Shining His Light in Canton

By Jason Lantz

People don’t necessarily view Canton, Ohio, as a thriving city. Well, not yet. Like many urban areas across the country, Canton has felt the negative effects of fatherlessness, a struggling economy, inconsistencies in education, and the decline of once-thriving churches. However, throughout history, God has always called his church to go and shine the brightest in the places that seem the darkest.

I am so thankful Jesus called my family to be a small part of what he’s already doing in Canton. We are a part of a four-year-old church plant called LoveCanton. We get to join other great churches in our area that believe it’s the everyday disciples of Jesus living out their faith in their workplace and neighborhood who will cause Canton to turn to Jesus and thrive once again.

We believe Canton is becoming like the city of Antioch in the Bible, where people want to come and “see the evidence of the grace of God.” We are learning a lot along the way about how we can be the church of Jesus Christ more effectively in our context.


Structures and Rhythms

We build structures and rhythms that emphasize discipleship relationships.

C.A.S.T. is one of several “villages” at LoveCanton church. C.A.S.T. exists to strengthen community life and honor God by serving others through members’ time, talents, and generosity. Here, C.A.S.T. members are assisting Habitat for Humanity, one of its serving partners.
C.A.S.T. is one of several “villages” at LoveCanton church. C.A.S.T. exists to strengthen community life and honor God by serving others through members’ time, talents, and generosity. Here, C.A.S.T. members are assisting Habitat for Humanity, one of its serving partners.

We currently lease a former Lutheran church building near downtown for our Sunday morning worship gathering (which we call “Celebration”). Celebrations are very important for teaching, casting vision, and rejoicing that we are all a part of something bigger than any one of us. But just singing and hearing preaching in a room of hundreds is not effective in helping people fully live as disciples of Jesus. As a result, we’ve decided to meet for our Celebration gathering only every other Sunday.

The other weeks we give our people space to meet all over the city in little churches of 20 to 50 people, which we call “villages.” These midsized gatherings give everybody a chance to play a part and invite friends. They are large enough to tangibly serve a neighborhood or network in the city, but small enough for intentional friendships where we can be accountable and encouraged to live out what we say we believe about Jesus.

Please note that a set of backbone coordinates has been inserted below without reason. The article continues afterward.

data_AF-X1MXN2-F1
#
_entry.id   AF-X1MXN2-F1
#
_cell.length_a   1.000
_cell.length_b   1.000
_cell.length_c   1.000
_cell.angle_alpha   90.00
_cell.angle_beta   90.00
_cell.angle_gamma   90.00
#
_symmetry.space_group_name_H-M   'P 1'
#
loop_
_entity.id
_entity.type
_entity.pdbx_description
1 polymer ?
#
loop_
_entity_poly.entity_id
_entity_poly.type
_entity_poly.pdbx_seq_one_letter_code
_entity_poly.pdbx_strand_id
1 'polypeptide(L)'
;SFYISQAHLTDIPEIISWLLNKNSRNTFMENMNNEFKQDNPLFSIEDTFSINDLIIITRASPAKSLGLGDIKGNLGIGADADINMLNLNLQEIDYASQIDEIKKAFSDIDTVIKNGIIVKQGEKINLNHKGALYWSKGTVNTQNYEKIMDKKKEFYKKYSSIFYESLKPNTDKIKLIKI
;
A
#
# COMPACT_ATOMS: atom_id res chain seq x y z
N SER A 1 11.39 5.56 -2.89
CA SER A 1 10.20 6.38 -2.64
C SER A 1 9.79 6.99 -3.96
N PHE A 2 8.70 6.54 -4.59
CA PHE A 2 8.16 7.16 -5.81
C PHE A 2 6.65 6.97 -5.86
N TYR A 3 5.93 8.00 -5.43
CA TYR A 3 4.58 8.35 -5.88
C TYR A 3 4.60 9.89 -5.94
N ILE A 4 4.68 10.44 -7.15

Our “villages” are places where we can process the Bible, baptize people, train leaders, take Communion, and collect an offering. We have found that meeting in these smaller churches where everyone can participate makes the words about the church transforming cities in the New Testament come alive.

Our “village” leaders are volunteers who have families, jobs, and busy lives, and are simply following Jesus in the places they already live and work. They are amazing people who are the heart and soul of our church.

To view some examples of LoveCanton “villages,” go to


Identity and Partnership

We value our unique identity and collaborate with others who do what we don’t.

One of our values is partnership. We have “serving partners” who are faith-based organizations that love children, develop people, and plant churches.

Partnership works well only when both parties clearly know their identity, give and receive from each other to accomplish more than they could by themselves, and don’t focus on who gets the credit. LoveCanton has a unique identity in our context to connect and disciple volunteer leaders. Because of this, most of our money, time, and efforts go toward that.

That also means there are a lot of things we have chosen not to do, because there are other “serving partners” in the city who do those things much better than we do. So, we don’t run after-school programs, feed the poor, or find people jobs and housing. Instead, we disciple volunteer leaders and connect them to partner with organizations around the city that do those things really well.

To learn more about some of the serving partners we are blessed to work with, go to


Next Generation

We focus strategically on investing in the next generation.

We are learning that to change a city we need to beg God to give us his heart for children. Investing our time and money in children, teenagers, and young adults is the key to ending the cycle of poverty and building a new generation that transforms the city.

We are working hard in our villages to find the best balance between the extremes of babysitting and no structure, so that young families can authentically be on mission with their kids. We give more money to serving partners that serve children rather than adults. We also disciple kids to be missionaries for Jesus. We must do more than say “stay out of trouble” if we hope to keep a young middle school student from ever joining a gang, doing drugs, and ending up in prison.

We’ve learned to tell kids and students, “Your life is your mission.” We teach today’s youth that they are missionaries for Jesus Christ right now in their schools, with their families, and on their sports teams.

To see a great organization in Canton helping students on mission right now, go to

I am humbled to be a part of a body of Christ in Canton that is courageously following our Lord. It is my hope we can be an encouragement to many other brothers and sisters who are doing the same in the cities where they live.


Jason Lantz serves as pastor of LoveCanton in Canton, Ohio.

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